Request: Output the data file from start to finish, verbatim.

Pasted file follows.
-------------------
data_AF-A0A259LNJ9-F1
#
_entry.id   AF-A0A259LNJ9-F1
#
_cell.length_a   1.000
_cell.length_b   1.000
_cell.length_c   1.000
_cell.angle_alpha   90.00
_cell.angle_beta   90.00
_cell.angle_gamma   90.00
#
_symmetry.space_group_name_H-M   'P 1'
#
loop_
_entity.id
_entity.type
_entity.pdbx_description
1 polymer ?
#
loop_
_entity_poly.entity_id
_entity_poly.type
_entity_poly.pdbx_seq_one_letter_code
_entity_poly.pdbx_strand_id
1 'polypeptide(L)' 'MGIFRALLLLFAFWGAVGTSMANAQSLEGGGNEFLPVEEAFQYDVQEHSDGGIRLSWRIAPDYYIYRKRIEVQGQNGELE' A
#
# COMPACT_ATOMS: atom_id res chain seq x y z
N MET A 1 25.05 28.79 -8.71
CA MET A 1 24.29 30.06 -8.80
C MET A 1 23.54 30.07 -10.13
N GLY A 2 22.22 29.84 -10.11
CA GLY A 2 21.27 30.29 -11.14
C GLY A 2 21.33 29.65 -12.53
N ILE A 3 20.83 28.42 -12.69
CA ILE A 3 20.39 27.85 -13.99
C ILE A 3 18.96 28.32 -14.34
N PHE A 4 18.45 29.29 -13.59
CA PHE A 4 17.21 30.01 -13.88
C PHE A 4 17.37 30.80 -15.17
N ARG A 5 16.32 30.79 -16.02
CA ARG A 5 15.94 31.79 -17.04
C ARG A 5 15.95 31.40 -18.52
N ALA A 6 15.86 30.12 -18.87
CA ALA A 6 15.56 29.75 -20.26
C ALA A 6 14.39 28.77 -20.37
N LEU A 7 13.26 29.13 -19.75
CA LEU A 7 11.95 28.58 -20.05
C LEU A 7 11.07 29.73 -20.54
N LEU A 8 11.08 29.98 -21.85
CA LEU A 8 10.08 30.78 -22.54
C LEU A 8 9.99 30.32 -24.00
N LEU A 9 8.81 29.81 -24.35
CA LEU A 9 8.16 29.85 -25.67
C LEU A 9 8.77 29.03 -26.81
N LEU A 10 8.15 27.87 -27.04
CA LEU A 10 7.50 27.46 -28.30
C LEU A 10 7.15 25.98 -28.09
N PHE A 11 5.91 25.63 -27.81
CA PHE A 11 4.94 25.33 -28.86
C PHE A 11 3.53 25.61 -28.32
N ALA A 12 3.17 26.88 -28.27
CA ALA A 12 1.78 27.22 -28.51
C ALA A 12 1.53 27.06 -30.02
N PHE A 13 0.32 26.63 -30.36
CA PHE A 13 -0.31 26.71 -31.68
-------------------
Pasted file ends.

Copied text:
data_AF-A0A259LNJ9-F1
#
_entry.id   AF-A0A259LNJ9-F1
#
_cell.length_a   1.000
_cell.length_b   1.000
_cell.length_c   1.000
_cell.angle_alpha   90.00
_cell.angle_beta   90.00
_cell.angle_gamma   90.00
#
_symmetry.space_group_name_H-M   'P 1'
#
loop_
_entity.id
_entity.type
_entity.pdbx_description
1 polymer ?
#
loop_
_entity_poly.entity_id
_entity_poly.type
_entity_poly.pdbx_seq_one_letter_code
_entity_poly.pdbx_strand_id
1 'polypeptide(L)' 'MGIFRALLLLFAFWGAVGTSMANAQSLEGGGNEFLPVEEAFQYDVQEHSDGGIRLSWRIAPDYYIYRKRIEVQGQNGELE' A
#
# COMPACT_ATOMS: atom_id res chain seq x y z
N MET A 1 25.05 28.79 -8.71
CA MET A 1 24.29 30.06 -8.80
C MET A 1 23.54 30.07 -10.13
N GLY A 2 22.22 29.84 -10.11
CA GLY A 2 21.27 30.29 -11.14
C GLY A 2 21.33 29.65 -12.53
N ILE A 3 20.83 28.42 -12.69
CA ILE A 3 20.39 27.85 -13.99
C ILE A 3 18.96 28.32 -14.34
N PHE A 4 18.45 29.29 -13.59
CA PHE A 4 17.21 30.01 -13.88
C PHE A 4 17.37 30.80 -15.17
N ARG A 5 16.32 30.79 -16.02
CA ARG A 5 15.94 31.79 -17.04
C ARG A 5 15.95 31.40 -18.52
N ALA A 6 15.86 30.12 -18.87
CA ALA A 6 15.56 29.75 -20.26
C ALA A 6 14.39 28.77 -20.37
N LEU A 7 13.26 29.13 -19.75
CA LEU A 7 11.95 28.58 -20.05
C LEU A 7 11.07 29.73 -20.54
N LEU A 8 11.08 29.98 -21.85
CA LEU A 8 10.08 30.78 -22.54
C LEU A 8 9.99 30.32 -24.00
N LEU A 9 8.81 29.81 -24.35
CA LEU A 9 8.16 29.85 -25.67
C LEU A 9 8.77 29.03 -26.81
N LEU A 10 8.15 27.87 -27.04
CA LEU A 10 7.50 27.46 -28.30
C LEU A 10 7.15 25.98 -28.09
N PHE A 11 5.91 25.63 -27.81
CA PHE A 11 4.94 25.33 -28.86
C PHE A 11 3.53 25.61 -28.32
N ALA A 12 3.17 26.88 -28.27
CA ALA A 12 1.78 27.22 -28.51
C ALA A 12 1.53 27.06 -30.02
N PHE A 13 0.32 26.63 -30.36
CA PHE A 13 -0.31 26.71 -31.68